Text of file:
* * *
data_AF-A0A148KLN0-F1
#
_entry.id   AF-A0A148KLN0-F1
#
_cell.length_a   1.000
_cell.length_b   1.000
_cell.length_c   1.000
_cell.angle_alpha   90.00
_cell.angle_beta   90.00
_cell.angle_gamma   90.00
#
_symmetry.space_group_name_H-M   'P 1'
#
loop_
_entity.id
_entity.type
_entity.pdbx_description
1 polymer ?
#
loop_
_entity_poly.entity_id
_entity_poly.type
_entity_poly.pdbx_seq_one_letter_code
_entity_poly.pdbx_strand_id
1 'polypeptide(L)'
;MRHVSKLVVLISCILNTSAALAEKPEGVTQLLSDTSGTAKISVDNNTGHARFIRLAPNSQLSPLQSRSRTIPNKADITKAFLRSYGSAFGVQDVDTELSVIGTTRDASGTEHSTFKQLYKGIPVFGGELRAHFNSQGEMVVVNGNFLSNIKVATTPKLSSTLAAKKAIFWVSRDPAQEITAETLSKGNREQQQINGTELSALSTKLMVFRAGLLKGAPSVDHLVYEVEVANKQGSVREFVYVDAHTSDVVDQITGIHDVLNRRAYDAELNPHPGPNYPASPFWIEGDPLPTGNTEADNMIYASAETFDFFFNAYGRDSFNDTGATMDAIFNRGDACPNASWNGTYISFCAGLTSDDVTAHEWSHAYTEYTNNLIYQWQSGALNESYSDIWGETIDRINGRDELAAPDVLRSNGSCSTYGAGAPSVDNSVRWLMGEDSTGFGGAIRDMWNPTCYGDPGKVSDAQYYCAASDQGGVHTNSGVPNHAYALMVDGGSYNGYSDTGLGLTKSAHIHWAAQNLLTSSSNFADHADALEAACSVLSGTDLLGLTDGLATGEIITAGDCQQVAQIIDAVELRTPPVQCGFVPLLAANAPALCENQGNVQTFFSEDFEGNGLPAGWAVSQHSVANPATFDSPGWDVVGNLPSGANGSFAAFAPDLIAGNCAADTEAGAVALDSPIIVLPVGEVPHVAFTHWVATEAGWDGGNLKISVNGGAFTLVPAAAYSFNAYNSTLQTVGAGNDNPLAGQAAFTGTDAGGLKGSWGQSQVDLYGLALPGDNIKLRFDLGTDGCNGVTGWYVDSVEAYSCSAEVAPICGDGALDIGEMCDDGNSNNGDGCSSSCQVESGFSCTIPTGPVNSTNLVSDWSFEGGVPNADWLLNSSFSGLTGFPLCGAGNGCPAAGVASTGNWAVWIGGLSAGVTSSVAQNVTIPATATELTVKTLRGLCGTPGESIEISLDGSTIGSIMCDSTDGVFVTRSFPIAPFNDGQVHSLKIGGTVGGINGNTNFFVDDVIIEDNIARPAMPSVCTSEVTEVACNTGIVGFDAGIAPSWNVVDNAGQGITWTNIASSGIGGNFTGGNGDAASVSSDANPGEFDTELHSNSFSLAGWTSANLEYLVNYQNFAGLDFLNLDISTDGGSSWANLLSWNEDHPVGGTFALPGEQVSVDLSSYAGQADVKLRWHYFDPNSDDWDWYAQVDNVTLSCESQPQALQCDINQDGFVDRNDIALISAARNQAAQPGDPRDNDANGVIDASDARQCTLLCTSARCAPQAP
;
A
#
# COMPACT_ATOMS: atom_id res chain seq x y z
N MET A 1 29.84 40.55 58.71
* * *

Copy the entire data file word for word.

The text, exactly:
data_AF-A0A148KLN0-F1
#
_entry.id   AF-A0A148KLN0-F1
#
_cell.length_a   1.000
_cell.length_b   1.000
_cell.length_c   1.000
_cell.angle_alpha   90.00
_cell.angle_beta   90.00
_cell.angle_gamma   90.00
#
_symmetry.space_group_name_H-M   'P 1'
#
loop_
_entity.id
_entity.type
_entity.pdbx_description
1 polymer ?
#
loop_
_entity_poly.entity_id
_entity_poly.type
_entity_poly.pdbx_seq_one_letter_code
_entity_poly.pdbx_strand_id
1 'polypeptide(L)'
;MRHVSKLVVLISCILNTSAALAEKPEGVTQLLSDTSGTAKISVDNNTGHARFIRLAPNSQLSPLQSRSRTIPNKADITKAFLRSYGSAFGVQDVDTELSVIGTTRDASGTEHSTFKQLYKGIPVFGGELRAHFNSQGEMVVVNGNFLSNIKVATTPKLSSTLAAKKAIFWVSRDPAQEITAETLSKGNREQQQINGTELSALSTKLMVFRAGLLKGAPSVDHLVYEVEVANKQGSVREFVYVDAHTSDVVDQITGIHDVLNRRAYDAELNPHPGPNYPASPFWIEGDPLPTGNTEADNMIYASAETFDFFFNAYGRDSFNDTGATMDAIFNRGDACPNASWNGTYISFCAGLTSDDVTAHEWSHAYTEYTNNLIYQWQSGALNESYSDIWGETIDRINGRDELAAPDVLRSNGSCSTYGAGAPSVDNSVRWLMGEDSTGFGGAIRDMWNPTCYGDPGKVSDAQYYCAASDQGGVHTNSGVPNHAYALMVDGGSYNGYSDTGLGLTKSAHIHWAAQNLLTSSSNFADHADALEAACSVLSGTDLLGLTDGLATGEIITAGDCQQVAQIIDAVELRTPPVQCGFVPLLAANAPALCENQGNVQTFFSEDFEGNGLPAGWAVSQHSVANPATFDSPGWDVVGNLPSGANGSFAAFAPDLIAGNCAADTEAGAVALDSPIIVLPVGEVPHVAFTHWVATEAGWDGGNLKISVNGGAFTLVPAAAYSFNAYNSTLQTVGAGNDNPLAGQAAFTGTDAGGLKGSWGQSQVDLYGLALPGDNIKLRFDLGTDGCNGVTGWYVDSVEAYSCSAEVAPICGDGALDIGEMCDDGNSNNGDGCSSSCQVESGFSCTIPTGPVNSTNLVSDWSFEGGVPNADWLLNSSFSGLTGFPLCGAGNGCPAAGVASTGNWAVWIGGLSAGVTSSVAQNVTIPATATELTVKTLRGLCGTPGESIEISLDGSTIGSIMCDSTDGVFVTRSFPIAPFNDGQVHSLKIGGTVGGINGNTNFFVDDVIIEDNIARPAMPSVCTSEVTEVACNTGIVGFDAGIAPSWNVVDNAGQGITWTNIASSGIGGNFTGGNGDAASVSSDANPGEFDTELHSNSFSLAGWTSANLEYLVNYQNFAGLDFLNLDISTDGGSSWANLLSWNEDHPVGGTFALPGEQVSVDLSSYAGQADVKLRWHYFDPNSDDWDWYAQVDNVTLSCESQPQALQCDINQDGFVDRNDIALISAARNQAAQPGDPRDNDANGVIDASDARQCTLLCTSARCAPQAP
;
A
#
# COMPACT_ATOMS: atom_id res chain seq x y z
N MET A 1 29.84 40.55 58.71